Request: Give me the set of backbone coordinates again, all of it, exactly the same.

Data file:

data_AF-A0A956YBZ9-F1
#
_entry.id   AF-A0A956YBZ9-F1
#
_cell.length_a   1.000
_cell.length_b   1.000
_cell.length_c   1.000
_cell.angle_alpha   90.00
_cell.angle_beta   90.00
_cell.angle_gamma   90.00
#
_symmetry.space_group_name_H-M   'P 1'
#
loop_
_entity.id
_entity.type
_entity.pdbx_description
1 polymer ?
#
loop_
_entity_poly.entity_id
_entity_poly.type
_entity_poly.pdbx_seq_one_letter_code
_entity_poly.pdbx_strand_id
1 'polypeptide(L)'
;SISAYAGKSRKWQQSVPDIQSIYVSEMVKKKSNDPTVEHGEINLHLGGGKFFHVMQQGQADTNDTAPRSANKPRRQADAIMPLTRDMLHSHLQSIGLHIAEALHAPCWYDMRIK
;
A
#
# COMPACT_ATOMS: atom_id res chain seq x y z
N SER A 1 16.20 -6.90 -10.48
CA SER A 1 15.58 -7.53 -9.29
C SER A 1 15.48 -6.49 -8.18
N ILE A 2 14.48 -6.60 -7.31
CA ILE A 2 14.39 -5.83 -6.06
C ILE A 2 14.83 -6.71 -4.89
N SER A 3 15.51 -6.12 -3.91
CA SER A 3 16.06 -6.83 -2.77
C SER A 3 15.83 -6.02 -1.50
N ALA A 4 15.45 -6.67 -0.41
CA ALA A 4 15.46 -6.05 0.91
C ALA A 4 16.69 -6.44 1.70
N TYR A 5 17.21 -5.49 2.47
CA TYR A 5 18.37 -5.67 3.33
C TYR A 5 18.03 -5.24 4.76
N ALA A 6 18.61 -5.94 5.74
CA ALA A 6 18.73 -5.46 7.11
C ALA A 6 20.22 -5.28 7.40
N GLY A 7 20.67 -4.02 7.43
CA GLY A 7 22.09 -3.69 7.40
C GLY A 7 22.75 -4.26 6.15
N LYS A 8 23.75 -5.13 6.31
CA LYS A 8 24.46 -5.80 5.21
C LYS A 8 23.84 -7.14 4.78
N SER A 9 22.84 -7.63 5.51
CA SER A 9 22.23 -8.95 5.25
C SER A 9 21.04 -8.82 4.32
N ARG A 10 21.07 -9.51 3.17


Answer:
data_AF-A0A956YBZ9-F1
#
_entry.id   AF-A0A956YBZ9-F1
#
_cell.length_a   1.000
_cell.length_b   1.000
_cell.length_c   1.000
_cell.angle_alpha   90.00
_cell.angle_beta   90.00
_cell.angle_gamma   90.00
#
_symmetry.space_group_name_H-M   'P 1'
#
loop_
_entity.id
_entity.type
_entity.pdbx_description
1 polymer ?
#
loop_
_entity_poly.entity_id
_entity_poly.type
_entity_poly.pdbx_seq_one_letter_code
_entity_poly.pdbx_strand_id
1 'polypeptide(L)'
;SISAYAGKSRKWQQSVPDIQSIYVSEMVKKKSNDPTVEHGEINLHLGGGKFFHVMQQGQADTNDTAPRSANKPRRQADAIMPLTRDMLHSHLQSIGLHIAEALHAPCWYDMRIK
;
A
#
# COMPACT_ATOMS: atom_id res chain seq x y z
N SER A 1 16.20 -6.90 -10.48
CA SER A 1 15.58 -7.53 -9.29
C SER A 1 15.48 -6.49 -8.18
N ILE A 2 14.48 -6.60 -7.31
CA ILE A 2 14.39 -5.83 -6.06
C ILE A 2 14.83 -6.71 -4.89
N SER A 3 15.51 -6.12 -3.91
CA SER A 3 16.06 -6.83 -2.77
C SER A 3 15.83 -6.02 -1.50
N ALA A 4 15.45 -6.67 -0.41
CA ALA A 4 15.46 -6.05 0.91
C ALA A 4 16.69 -6.44 1.70
N TYR A 5 17.21 -5.49 2.47
CA TYR A 5 18.37 -5.67 3.33
C TYR A 5 18.03 -5.24 4.76
N ALA A 6 18.61 -5.94 5.74
CA ALA A 6 18.73 -5.46 7.11
C ALA A 6 20.22 -5.28 7.40
N GLY A 7 20.67 -4.02 7.43
CA GLY A 7 22.09 -3.69 7.40
C GLY A 7 22.75 -4.26 6.15
N LYS A 8 23.75 -5.13 6.31
CA LYS A 8 24.46 -5.80 5.21
C LYS A 8 23.84 -7.14 4.78
N SER A 9 22.84 -7.63 5.51
CA SER A 9 22.23 -8.95 5.25
C SER A 9 21.04 -8.82 4.32
N ARG A 10 21.07 -9.51 3.17